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I know that socketserver has a method shutdown() which causes server to shut down but this only works in multiple threads application since the shutdown needs to be called from different thread than the thread where serve_forever() is running.

My application handles only one request at time so I don't use separate threads for handling requests and I am unable to call shutdown() because it causes deadlock (it's not in the docs but it's stated directly in the source code of socketserver).

I'll paste here simplified version of my code for better understanding:

import socketserver

class TCPServerV4(socketserver.TCPServer):
  address_family = socket.AF_INET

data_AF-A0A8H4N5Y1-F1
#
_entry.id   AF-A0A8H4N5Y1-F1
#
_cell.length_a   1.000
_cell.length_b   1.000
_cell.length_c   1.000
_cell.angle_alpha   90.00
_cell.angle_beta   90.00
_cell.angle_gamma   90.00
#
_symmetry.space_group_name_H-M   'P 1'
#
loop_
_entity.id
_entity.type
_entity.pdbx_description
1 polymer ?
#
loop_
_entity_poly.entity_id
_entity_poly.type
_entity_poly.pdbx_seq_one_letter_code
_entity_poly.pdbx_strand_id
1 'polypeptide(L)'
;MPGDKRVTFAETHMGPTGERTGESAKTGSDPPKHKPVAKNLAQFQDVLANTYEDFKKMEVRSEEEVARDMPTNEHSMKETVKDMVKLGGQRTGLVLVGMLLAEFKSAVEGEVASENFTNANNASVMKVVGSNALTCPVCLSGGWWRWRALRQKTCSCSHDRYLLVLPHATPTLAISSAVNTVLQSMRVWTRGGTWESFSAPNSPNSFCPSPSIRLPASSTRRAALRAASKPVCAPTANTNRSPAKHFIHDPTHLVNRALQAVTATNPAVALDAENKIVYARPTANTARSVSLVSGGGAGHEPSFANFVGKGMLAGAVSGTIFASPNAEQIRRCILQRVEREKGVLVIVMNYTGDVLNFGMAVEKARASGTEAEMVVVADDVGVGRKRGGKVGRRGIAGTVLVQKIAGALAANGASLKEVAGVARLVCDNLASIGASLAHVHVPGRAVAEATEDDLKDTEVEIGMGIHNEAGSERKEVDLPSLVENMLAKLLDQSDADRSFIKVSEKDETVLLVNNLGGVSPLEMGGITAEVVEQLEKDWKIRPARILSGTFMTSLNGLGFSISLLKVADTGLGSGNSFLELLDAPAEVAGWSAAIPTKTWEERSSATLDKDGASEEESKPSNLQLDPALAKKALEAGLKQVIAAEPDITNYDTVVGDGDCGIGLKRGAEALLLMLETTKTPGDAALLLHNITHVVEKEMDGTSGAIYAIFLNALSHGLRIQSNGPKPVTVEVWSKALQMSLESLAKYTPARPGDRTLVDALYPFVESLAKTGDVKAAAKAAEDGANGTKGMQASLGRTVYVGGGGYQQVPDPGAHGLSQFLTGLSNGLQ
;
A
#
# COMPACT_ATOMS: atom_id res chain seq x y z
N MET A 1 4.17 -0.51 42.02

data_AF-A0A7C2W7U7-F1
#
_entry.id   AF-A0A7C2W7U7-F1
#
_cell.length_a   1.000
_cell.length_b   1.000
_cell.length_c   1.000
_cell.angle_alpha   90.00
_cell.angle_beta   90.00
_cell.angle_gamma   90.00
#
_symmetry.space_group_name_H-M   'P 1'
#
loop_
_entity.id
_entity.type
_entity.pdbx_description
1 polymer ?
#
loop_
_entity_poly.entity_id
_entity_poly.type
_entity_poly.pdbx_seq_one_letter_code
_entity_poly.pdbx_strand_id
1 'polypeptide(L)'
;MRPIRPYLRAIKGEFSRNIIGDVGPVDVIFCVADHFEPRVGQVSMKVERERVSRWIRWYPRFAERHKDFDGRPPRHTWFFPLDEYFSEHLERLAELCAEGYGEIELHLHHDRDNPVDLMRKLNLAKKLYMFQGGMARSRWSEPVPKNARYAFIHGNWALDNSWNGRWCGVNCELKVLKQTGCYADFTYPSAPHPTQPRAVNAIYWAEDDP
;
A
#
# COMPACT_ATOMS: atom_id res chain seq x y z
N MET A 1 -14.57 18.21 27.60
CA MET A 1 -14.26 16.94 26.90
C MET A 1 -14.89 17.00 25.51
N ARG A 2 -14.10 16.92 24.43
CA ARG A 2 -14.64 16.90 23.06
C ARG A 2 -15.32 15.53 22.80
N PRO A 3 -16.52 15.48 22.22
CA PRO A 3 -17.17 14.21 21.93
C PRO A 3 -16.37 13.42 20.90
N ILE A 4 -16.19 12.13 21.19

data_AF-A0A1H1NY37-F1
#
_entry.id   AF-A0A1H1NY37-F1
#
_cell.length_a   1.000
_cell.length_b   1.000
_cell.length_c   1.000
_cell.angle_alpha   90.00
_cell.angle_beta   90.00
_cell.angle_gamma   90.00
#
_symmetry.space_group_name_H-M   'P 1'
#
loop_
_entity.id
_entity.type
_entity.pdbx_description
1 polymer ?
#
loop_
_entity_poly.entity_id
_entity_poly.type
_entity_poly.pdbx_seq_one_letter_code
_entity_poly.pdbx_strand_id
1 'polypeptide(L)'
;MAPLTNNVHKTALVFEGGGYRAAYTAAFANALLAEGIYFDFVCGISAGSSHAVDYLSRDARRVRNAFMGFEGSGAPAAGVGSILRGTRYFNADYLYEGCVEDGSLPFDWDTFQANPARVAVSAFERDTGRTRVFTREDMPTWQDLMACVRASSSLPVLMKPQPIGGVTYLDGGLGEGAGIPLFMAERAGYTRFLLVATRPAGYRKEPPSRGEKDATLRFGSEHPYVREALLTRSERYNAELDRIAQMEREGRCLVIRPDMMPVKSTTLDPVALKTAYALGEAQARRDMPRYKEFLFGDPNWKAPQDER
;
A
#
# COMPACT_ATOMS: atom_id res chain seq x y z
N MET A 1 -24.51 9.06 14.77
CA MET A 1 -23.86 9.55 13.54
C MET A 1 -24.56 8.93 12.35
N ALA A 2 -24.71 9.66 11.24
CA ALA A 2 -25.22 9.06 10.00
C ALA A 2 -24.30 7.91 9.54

allow_reuse_address = True

class TCPHandler(socketserver.BaseRequestHandler):
  def handle(self):
    try:
       data = self.request.recv(4096)
    except KeyboardInterrupt:
       server.shutdown()

server = TCPServerV4((host, port), TCPHandler)
server.server_forever()

I am aware that this code is not working. I just wanted to show you the thing I'd like to accomplish - to shutdown server and quit the application while waiting for incoming data when the user presses Ctrl-C.

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5 Answers 5

You can start another thread locally, in your handler, and call shutdown from there.

Working demo:

    #!/usr/bin/env python
    # -*- coding: UTF-8 -*-

    import SimpleHTTPServer
    import SocketServer
    import time
    import thread

    class MyHandler(SimpleHTTPServer.SimpleHTTPRequestHandler):
        def do_POST(self):
            if self.path.startswith('/kill_server'):
                print "Server is going down, run it again manually!"
                def kill_me_please(server):